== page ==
I have records for everything. Lambing dates, live and dead weights for lamb and pork going back years, breeding records and statistics, lists of ducklings on order, incubation setting and hatching dates, hedgetrimming and laying schedules, you name it.
I check the poultry and livestock spreadsheets and note that today is the day to turn on the hatcher and move the next batch of duck eggs across from the incubator as soon as it's up to heat. In two days time the hatching will begin.
I go into the old stable I use as the incubation and hatching room and I hear cheeping, and it's not from the swallows or housemartins in the roof. Seesawing gently as the automatic turning cradle tilts to and fro are two early birds. A pair of black indian runner ducklings have not waited to be moved into the non-swaying, non-tilting, flat as a pancake hatcher, but have emerged in the incubator leaving neatly excavated shells.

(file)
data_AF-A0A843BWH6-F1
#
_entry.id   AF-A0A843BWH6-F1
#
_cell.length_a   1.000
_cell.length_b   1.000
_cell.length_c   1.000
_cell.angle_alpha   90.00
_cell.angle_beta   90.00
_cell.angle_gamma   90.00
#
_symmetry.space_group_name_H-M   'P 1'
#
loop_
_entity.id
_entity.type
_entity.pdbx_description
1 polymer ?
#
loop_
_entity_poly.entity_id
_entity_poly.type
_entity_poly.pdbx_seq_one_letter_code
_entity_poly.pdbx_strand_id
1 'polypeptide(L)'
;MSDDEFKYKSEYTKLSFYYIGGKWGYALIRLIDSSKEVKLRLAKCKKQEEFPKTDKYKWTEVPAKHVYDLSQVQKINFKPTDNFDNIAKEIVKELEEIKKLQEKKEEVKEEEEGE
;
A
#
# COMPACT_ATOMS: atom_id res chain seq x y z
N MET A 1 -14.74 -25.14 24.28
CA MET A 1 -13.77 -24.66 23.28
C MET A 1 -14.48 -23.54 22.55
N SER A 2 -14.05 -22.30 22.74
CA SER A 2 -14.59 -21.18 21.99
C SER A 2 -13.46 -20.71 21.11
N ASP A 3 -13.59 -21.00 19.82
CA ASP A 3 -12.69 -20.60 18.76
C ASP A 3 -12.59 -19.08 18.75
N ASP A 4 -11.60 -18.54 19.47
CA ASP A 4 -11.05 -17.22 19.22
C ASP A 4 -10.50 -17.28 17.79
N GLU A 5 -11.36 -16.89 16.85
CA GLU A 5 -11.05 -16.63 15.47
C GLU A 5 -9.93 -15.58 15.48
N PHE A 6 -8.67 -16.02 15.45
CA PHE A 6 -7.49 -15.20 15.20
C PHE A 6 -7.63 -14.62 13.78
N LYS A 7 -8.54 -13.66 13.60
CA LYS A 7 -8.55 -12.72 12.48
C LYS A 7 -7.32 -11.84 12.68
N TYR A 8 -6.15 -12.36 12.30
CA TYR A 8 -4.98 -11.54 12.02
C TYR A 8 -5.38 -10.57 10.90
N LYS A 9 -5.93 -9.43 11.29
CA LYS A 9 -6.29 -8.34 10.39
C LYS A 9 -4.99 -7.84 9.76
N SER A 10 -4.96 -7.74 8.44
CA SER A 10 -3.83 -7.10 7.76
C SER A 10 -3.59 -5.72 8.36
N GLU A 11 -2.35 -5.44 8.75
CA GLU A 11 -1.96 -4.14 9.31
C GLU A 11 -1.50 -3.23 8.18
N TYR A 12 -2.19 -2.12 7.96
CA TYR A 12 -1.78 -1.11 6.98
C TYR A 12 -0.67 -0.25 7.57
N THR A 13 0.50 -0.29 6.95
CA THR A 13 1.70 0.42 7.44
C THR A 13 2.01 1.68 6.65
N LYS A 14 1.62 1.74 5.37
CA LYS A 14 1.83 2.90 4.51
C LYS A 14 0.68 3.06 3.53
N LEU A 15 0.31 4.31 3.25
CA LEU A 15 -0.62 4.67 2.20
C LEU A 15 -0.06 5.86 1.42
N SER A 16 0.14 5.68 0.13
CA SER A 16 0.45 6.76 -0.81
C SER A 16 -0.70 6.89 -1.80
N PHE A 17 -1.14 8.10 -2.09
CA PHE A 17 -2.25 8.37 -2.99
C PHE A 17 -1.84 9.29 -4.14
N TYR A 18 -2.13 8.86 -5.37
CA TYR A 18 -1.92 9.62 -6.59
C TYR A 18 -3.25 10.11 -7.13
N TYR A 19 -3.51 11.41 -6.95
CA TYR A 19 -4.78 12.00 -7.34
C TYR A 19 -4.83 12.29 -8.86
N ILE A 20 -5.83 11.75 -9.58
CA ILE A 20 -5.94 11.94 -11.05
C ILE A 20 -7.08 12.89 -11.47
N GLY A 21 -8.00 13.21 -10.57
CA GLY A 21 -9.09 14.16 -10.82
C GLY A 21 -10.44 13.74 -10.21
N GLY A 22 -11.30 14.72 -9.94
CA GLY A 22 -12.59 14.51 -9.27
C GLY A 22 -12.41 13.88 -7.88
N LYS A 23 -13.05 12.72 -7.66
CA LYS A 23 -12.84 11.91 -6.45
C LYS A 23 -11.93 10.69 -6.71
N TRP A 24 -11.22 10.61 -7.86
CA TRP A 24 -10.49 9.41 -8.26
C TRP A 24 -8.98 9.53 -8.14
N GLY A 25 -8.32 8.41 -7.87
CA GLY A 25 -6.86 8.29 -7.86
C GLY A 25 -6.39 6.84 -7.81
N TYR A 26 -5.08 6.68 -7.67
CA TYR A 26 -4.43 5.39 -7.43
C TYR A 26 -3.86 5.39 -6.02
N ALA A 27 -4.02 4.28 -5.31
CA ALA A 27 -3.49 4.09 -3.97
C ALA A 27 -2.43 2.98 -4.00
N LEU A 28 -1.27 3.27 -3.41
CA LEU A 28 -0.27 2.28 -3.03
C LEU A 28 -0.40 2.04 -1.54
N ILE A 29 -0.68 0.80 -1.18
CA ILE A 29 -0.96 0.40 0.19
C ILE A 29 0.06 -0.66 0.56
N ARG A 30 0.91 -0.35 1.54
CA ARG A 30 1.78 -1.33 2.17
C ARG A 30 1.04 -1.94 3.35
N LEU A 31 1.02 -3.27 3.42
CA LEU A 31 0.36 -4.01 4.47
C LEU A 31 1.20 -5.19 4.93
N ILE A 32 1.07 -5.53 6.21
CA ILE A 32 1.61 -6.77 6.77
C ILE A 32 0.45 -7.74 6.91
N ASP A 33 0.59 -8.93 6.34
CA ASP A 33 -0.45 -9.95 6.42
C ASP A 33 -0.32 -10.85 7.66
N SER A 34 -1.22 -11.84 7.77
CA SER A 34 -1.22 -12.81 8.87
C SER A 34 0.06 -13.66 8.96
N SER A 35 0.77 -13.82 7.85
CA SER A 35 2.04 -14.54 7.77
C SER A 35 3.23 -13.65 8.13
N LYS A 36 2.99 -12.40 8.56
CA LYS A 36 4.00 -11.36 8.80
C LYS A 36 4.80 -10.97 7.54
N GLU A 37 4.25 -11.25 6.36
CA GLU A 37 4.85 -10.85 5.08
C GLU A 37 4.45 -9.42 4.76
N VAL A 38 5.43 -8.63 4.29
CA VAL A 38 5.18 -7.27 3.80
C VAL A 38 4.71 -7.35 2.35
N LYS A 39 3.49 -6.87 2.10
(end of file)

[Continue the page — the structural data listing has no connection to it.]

I hurtle into the boot room, turn on the heat lamp, chuck sawdust into the brooder, put in a drinker and some feed, and gallumph back to extract the ducklings and put them into their new home for the next two weeks.
With the world no longer turning under their feet they look a little dazed. I present the early birds - just a couple of hours old. More will be joining them shortly. Before they have time to catch a worm.